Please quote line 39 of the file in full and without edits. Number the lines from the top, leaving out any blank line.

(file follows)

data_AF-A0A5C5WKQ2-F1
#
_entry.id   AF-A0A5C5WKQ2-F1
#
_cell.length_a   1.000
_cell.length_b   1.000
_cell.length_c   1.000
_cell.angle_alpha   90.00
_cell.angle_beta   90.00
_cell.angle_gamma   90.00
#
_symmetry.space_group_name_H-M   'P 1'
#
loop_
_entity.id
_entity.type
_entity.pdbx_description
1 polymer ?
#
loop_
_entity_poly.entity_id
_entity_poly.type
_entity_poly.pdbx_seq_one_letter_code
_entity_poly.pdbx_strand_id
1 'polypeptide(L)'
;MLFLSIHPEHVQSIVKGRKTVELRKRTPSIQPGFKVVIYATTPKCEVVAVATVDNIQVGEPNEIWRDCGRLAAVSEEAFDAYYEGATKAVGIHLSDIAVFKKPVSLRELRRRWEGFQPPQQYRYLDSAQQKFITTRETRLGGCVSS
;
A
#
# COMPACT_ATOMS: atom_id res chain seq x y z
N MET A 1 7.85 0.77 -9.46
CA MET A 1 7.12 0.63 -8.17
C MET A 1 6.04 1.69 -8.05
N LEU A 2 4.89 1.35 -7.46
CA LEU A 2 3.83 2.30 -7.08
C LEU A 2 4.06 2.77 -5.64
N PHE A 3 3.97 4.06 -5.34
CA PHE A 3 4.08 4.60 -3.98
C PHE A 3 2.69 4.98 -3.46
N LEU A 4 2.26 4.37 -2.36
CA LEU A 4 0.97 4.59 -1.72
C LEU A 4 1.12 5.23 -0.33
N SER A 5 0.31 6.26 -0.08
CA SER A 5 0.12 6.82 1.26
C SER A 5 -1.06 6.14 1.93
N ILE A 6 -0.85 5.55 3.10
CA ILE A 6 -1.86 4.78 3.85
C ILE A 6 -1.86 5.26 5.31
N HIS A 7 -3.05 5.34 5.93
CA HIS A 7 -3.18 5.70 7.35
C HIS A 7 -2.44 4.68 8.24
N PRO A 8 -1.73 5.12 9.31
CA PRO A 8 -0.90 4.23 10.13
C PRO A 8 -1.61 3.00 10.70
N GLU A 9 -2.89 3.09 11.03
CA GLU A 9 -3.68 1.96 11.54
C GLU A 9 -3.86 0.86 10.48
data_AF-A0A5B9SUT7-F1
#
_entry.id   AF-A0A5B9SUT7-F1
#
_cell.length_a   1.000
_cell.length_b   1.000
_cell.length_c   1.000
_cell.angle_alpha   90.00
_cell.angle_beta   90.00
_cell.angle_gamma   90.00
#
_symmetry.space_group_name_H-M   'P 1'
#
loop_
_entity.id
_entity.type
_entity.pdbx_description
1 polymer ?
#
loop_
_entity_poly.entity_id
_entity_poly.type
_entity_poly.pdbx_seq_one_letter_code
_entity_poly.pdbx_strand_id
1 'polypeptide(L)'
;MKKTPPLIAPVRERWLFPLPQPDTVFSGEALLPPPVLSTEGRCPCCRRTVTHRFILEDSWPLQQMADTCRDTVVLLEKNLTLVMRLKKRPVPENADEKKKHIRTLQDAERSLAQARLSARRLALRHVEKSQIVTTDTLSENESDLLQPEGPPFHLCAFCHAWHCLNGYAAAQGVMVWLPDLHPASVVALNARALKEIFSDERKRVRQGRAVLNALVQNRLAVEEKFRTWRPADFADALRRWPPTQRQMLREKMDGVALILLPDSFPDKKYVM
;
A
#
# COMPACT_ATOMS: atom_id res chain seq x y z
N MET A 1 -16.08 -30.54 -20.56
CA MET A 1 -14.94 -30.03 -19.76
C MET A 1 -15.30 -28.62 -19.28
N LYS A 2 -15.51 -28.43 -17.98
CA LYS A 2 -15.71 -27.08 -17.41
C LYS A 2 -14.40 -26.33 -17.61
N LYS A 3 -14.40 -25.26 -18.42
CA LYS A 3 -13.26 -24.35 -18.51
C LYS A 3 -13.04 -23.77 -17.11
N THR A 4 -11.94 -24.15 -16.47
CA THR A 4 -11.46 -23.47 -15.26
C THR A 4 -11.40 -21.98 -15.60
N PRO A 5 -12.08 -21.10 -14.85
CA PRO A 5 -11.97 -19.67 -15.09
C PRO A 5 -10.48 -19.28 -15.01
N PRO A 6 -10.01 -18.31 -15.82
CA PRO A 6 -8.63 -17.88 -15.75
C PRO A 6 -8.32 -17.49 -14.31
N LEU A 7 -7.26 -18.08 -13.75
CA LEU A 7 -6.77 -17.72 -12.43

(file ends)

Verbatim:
C PHE A 3 2.69 4.98 -3.46